Many leaders say that they are given information packs, briefs, a presentation of the high-level vision and future state. But that when it comes to specifics this is often not provided in a timely manner and they are at times ‘as much in the dark’ as their staff are. This places additional pressure on leaders and often leaders express higher rates of stress during these periods as the voids are filled with rumour and assumption.

There is also acknowledgment that sometimes the top senior leaders do need to keep information invisible for a time as they are determining the strategy. Patience is required, however patience will run thin if there is a lack of visibility of the future state and the change story is not articulated.

So key strategies can include:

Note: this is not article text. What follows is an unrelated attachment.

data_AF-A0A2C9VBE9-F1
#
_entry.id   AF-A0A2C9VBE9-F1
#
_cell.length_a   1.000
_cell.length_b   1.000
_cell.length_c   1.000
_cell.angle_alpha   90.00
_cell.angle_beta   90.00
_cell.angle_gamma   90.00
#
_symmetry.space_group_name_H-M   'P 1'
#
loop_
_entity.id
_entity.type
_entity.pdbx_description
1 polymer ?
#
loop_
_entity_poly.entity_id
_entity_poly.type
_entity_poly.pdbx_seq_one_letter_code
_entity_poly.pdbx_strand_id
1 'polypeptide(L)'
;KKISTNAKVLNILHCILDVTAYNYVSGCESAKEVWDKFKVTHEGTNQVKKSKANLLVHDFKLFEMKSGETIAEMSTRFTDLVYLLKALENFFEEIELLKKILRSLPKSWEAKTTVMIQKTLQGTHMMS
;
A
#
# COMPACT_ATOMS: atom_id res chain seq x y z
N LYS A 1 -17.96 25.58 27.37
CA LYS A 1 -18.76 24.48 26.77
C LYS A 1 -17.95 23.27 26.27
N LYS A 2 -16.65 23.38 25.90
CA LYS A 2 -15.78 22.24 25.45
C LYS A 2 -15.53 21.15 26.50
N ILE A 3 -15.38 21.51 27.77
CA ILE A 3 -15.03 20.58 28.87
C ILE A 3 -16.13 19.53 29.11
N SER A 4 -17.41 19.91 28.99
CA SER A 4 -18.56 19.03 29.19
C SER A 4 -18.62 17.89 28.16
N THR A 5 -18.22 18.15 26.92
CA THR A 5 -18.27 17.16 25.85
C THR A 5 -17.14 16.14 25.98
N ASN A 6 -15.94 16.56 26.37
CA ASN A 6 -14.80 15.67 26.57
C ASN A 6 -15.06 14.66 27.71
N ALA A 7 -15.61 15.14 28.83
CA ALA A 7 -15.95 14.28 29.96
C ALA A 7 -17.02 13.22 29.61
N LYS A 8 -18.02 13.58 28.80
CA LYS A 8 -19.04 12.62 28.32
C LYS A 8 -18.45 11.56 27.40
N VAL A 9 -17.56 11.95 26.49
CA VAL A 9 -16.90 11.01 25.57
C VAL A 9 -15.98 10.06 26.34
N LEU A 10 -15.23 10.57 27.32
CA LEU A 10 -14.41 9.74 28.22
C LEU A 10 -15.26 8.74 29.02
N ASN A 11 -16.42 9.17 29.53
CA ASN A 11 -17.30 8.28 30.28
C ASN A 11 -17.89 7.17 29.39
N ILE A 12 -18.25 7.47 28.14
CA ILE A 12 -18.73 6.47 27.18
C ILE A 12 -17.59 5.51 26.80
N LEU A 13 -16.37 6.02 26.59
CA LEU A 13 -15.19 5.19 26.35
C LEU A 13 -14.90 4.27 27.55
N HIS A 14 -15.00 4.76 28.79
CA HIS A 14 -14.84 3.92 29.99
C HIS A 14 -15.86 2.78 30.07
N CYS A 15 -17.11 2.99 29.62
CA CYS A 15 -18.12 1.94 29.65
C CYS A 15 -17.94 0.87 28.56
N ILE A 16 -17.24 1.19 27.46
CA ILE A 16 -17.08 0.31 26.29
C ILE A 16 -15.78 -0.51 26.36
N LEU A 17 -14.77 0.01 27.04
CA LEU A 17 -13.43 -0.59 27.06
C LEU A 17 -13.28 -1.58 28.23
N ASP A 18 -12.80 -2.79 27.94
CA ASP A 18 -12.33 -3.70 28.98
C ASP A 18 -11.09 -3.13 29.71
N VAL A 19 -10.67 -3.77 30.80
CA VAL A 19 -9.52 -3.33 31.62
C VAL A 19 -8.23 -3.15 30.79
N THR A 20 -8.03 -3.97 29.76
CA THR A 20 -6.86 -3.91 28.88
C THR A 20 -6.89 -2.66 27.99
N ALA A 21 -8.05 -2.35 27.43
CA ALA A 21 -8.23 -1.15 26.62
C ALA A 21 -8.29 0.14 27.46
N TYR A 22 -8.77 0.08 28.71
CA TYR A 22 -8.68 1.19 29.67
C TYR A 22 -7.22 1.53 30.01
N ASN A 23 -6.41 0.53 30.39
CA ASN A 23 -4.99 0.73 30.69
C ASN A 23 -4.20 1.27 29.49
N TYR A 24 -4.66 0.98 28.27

• Create a change story and make it visible to all staff and leaders.
  • Identify the areas of key message and the area of tolerance around the future state.
  • Provide the givens and the areas of flexibility in the future state.
  • Involvement is key, or acknowledge why certain decisions are being made higher up the tier and the timing of when the details will be known.


Linking to the visibility of the future state, involvement is the key to increasing acceptance and buy-in. So senior leaders would like to have involvement in not only determining the plans but involvement in the deployment of those plans.